TOKYO - Japan looks set to miss its ambitious target of having around 100 hydrogen fuelling stations for fuel-cell cars in operation by March 2016, with just 76 approved after the deadline to apply for subsidies passed last month.
The government had earmarked 21.38 billion yen (S$245.16 million) over the past three years to subsidise the construction and operation of fuelling stations by March 2016 as it aims to lead the world in setting up a hydrogen-based society featuring fuel-cell cars such as Toyota Motor Corp's Mirai.
But applications for the final portion - a supplementary budget of 9.59 billion yen for fiscal 2015 - resulted in just 32 stations getting the nod, government data showed this week, highlighting the difficulty of encouraging energy companies to bet on the still-unproven business.
A total of 44 had been approved previously.
So far, the only commercial fuel-cell car on the road is the Mirai, launched in December. Toyota has said it would limit production to three a day for the first year, ramping that up to about 3,000 in 2017. Honda Motor Co is also due to begin selling a fuel-cell car by next March but has not disclosed a sales target.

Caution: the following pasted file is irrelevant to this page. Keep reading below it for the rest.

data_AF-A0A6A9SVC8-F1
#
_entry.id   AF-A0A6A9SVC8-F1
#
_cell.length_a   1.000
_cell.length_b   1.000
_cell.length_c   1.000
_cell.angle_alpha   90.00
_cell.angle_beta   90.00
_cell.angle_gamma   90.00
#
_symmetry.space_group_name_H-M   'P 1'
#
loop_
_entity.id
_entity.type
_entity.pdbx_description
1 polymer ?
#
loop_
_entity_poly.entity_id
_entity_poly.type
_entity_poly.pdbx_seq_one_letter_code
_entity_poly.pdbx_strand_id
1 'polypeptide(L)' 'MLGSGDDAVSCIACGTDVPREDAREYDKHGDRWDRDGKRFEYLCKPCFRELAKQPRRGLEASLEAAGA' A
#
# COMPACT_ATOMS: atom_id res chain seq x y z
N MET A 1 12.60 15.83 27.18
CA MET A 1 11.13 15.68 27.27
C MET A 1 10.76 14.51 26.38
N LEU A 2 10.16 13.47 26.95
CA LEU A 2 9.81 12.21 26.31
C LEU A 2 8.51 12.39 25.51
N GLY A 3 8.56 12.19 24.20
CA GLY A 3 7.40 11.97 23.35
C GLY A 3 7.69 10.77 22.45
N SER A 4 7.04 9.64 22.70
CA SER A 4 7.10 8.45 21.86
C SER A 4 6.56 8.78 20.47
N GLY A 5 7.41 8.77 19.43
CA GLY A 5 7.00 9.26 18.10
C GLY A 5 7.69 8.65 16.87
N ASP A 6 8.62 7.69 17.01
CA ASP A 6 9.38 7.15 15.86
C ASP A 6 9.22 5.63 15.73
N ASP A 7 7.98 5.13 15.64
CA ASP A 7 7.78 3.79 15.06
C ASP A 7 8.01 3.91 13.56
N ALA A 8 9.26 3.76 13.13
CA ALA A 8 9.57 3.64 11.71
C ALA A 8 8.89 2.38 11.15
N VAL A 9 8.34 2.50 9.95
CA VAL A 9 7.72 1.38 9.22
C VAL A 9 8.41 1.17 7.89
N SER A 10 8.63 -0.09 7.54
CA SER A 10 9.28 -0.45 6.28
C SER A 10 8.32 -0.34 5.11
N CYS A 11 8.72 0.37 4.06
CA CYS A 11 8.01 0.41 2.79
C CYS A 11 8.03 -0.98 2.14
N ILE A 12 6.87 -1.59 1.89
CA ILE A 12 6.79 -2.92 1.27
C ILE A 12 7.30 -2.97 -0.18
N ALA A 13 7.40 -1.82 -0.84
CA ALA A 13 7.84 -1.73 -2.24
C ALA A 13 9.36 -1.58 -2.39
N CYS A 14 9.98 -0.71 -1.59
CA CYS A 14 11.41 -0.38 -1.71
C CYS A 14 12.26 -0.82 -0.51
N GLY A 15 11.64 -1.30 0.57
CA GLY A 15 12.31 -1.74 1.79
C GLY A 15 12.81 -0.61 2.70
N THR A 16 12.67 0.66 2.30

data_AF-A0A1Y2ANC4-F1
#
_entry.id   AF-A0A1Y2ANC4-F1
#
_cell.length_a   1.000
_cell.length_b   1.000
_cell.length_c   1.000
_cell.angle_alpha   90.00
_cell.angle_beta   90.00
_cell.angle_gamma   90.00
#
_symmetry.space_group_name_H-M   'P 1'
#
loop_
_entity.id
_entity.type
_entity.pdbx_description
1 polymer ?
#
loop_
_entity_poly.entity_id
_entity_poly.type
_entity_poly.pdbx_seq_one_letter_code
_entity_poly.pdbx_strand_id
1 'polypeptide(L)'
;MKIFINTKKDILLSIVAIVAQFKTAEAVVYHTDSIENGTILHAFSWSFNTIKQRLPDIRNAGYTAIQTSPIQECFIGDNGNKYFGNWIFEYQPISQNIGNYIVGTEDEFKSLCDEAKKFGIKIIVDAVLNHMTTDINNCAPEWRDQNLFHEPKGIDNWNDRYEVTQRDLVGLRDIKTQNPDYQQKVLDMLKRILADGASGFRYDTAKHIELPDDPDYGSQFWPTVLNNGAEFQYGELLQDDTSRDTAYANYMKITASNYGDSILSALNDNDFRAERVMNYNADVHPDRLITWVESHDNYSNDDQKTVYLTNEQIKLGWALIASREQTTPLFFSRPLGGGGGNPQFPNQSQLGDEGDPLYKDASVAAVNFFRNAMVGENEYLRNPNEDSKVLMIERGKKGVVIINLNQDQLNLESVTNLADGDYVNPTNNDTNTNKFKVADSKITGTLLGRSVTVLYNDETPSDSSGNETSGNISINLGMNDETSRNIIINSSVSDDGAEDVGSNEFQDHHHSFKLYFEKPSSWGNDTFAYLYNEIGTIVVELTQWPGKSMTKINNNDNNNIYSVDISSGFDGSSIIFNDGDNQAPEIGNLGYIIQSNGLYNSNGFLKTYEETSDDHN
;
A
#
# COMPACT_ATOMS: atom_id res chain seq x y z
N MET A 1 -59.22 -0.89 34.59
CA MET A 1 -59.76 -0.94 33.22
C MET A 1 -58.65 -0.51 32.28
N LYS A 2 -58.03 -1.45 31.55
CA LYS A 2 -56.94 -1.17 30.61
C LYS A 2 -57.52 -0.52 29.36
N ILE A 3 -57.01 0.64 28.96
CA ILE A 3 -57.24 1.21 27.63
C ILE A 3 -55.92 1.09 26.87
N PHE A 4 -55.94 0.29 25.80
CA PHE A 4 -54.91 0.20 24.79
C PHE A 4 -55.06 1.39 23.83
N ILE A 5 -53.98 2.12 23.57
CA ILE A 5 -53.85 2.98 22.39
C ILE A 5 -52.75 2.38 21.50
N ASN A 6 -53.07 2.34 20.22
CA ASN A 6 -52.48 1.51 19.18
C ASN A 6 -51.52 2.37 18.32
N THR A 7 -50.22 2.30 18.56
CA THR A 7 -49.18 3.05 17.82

Hydrogen stations cost about $5 million to build, and the government's subsidy for one location is capped at around half that. Even with the generous handouts, the stations are seen making a loss for at least the first decade, industry officials say.
When contacted by Reuters, an official of Japan's Ministry of Economy, Trade and Industry said the government will consider whether to increase the subsidy to prod companies to set up the stations.
To take the plunge, energy companies want proof that fuel-cell cars will take off, while a dearth of fuelling stations is a put-off for consumers, resulting in a classic chicken-and-egg conundrum. Fuel-cell cars, which run on hydrogen and emit only water, are also expensive, requiring big subsidies themselves. The Mirai's suggested retail price is 7.24 million yen ($60,404).
The hurdles of setting up the necessary infrastructure are often cited by fuel-cell sceptics such as Nissan Motor Co Chief Executive Carlos Ghosn as a big reason that battery-run electric cars are a better zero-emission option.